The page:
Objectives The study objectives were to extend the follow-up of the Ontario uranium miners cohort, one of the largest cohorts of uranium miners with low cumulative exposures, to examine the relationship between radon exposure and lung cancer mortality and, for the first time incidence, and address gaps in the literature, including dose-response relationship between radon exposure and other cancer sites, and non-cancer mortality. Methods The cohort of mine and mill workers was created using data from Canada's National Dose Registry and the Ontario Mining Master File. The follow-up for the cohort was recently extended for mortality (1954- 2007) and for the first time includes cancer incidence (1969-2005). The Poisson regression was used to estimate relative risks (RR) and excess relative risks (ERR) and their 95% CIs with levels of cumulative radon exposure. Results The cohort consisted of 28 546 male miners with a mean cumulative radon exposure of 21.0 working level months (WLM). An increased risk of lung cancer and a dose-response relationship was observed with cumulative radon exposure. Miners exposed to >100 WLM demonstrated a twofold increase in the risk of lung cancer incidence (RR=1.89, CI 1.43 to 2.50) compared with the non-exposed group, and a linear ERR of 0.64/ 100 WLM (CI 0.43 to 0.85), with similar results observed for mortality. No association was observed for other cancer sites (stomach, leukaemia, kidney and extrathoracic airways) or non-cancer sites (cardiovascular diseases) with increasing cumulative exposure to radon. Conclusions These findings suggest no increased risk of cancer sites other than lung or non-cancer mortality from relatively low cumulative exposure to radon.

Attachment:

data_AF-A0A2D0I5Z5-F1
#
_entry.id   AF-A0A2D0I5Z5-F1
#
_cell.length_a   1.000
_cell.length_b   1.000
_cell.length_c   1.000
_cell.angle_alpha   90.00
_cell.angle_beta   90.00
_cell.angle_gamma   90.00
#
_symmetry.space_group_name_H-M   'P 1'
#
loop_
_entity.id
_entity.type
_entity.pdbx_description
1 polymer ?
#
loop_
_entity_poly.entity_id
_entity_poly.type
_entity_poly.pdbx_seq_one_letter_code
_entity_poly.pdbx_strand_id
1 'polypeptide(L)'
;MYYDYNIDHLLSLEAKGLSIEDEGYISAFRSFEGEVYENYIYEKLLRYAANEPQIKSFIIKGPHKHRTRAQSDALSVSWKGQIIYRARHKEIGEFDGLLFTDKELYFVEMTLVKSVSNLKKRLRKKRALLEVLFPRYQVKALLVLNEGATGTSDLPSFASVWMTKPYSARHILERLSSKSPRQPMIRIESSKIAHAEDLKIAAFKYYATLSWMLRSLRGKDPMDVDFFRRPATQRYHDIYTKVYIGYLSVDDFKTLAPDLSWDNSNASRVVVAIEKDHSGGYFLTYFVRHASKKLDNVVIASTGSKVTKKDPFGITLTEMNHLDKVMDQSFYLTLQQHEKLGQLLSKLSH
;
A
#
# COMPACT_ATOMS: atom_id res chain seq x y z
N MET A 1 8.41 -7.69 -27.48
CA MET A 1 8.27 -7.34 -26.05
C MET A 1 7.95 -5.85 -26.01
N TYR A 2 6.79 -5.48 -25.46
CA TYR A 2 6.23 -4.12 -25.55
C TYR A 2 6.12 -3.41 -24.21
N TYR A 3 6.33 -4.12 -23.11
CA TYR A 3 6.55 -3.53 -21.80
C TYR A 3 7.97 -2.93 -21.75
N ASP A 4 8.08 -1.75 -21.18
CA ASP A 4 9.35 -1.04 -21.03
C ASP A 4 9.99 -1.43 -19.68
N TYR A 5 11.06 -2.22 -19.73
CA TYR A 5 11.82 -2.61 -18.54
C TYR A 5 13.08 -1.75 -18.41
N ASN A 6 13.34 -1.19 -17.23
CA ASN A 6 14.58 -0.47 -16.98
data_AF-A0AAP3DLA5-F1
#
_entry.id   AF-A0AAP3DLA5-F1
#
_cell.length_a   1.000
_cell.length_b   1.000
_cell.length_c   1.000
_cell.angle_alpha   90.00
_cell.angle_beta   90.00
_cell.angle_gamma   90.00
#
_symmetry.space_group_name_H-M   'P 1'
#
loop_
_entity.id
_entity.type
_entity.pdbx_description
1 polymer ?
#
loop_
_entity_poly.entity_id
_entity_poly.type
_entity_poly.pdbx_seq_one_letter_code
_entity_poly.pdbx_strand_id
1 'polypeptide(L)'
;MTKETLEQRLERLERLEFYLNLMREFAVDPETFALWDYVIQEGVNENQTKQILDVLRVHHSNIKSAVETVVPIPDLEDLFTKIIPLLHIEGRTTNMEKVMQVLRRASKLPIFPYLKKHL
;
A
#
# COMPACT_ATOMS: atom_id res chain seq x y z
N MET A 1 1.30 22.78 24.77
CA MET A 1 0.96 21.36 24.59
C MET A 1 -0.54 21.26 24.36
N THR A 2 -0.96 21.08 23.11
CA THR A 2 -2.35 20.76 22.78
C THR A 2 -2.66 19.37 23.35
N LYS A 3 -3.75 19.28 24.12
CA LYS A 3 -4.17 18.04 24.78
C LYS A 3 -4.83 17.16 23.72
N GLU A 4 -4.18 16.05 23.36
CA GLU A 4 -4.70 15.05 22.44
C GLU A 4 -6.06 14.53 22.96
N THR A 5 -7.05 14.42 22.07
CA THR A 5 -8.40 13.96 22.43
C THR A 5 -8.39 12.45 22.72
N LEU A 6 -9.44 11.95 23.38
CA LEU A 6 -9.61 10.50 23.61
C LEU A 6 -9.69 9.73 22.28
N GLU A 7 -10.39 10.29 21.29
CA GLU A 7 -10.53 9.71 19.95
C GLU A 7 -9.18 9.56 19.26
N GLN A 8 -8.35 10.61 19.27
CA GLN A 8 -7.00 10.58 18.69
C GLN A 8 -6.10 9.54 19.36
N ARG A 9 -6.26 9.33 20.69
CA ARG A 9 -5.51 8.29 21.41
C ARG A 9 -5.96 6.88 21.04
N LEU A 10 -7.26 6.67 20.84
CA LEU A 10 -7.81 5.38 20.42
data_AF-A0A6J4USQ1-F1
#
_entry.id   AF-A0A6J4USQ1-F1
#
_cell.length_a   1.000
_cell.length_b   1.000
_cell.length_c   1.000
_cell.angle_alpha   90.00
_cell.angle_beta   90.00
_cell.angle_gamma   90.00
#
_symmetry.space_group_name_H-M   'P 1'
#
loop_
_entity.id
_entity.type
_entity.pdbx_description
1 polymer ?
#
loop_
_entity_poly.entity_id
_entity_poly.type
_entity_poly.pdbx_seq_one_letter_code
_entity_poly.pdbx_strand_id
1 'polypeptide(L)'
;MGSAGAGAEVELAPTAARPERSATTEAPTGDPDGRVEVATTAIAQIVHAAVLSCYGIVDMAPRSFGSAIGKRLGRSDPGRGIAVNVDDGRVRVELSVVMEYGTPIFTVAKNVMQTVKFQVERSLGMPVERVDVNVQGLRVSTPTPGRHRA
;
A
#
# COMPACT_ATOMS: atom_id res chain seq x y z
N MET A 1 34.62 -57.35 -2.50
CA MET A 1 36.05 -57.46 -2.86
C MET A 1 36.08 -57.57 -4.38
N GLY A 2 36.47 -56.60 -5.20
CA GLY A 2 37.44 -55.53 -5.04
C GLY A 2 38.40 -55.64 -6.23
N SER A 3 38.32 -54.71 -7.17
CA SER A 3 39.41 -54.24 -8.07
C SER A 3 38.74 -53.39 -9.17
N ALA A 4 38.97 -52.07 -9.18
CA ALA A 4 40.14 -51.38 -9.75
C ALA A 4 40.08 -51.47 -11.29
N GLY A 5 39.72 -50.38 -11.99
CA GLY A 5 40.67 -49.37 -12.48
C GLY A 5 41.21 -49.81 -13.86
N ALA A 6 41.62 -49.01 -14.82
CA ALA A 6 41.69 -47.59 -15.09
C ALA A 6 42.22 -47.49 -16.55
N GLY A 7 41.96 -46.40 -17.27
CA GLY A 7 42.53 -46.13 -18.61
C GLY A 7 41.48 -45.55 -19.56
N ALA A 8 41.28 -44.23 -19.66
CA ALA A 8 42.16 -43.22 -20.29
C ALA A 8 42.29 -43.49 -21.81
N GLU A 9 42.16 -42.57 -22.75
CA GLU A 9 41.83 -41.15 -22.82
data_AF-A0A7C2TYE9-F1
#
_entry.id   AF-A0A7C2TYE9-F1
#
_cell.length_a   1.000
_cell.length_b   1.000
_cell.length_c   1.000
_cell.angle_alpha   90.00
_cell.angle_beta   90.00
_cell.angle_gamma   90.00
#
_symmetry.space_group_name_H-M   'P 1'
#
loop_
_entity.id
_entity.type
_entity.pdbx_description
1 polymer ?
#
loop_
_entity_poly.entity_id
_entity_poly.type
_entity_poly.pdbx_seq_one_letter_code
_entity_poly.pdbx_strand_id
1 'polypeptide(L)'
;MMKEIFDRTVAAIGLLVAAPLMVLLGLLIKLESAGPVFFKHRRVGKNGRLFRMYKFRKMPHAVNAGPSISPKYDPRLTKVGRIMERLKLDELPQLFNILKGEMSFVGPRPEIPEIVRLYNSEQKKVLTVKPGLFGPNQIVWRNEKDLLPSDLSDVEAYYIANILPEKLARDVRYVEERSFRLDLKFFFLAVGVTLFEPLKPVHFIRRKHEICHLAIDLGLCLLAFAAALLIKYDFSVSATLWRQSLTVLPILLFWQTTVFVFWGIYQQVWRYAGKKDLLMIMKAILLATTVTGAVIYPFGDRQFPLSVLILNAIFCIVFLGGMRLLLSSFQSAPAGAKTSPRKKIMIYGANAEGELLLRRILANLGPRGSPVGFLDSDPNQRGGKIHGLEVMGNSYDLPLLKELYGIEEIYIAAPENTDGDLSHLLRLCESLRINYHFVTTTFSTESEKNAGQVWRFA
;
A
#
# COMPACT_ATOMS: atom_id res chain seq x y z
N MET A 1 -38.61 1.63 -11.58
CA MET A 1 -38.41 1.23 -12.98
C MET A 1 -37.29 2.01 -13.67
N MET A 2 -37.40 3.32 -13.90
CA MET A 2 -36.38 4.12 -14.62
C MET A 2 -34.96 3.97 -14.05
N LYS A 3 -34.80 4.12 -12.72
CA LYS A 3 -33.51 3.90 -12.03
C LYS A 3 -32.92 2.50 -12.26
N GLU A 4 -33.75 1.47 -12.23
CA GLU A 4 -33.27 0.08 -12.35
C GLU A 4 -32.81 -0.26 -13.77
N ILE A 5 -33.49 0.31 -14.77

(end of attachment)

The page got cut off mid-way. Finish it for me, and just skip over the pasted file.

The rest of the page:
Additional Metadata
Persistent URL dx.doi.org/10.1136/oemed-2016-103836
Journal Occupational and Environmental Medicine
Citation
Navaranjan, G. (Garthika), Berriault, C. (Colin), Do, M. (Minh), Villeneuve, P, & Demers, P.A. (Paul A.). (2016). Cancer incidence and mortality from exposure to radon progeny among Ontario uranium miners. Occupational and Environmental Medicine. doi:10.1136/oemed-2016-103836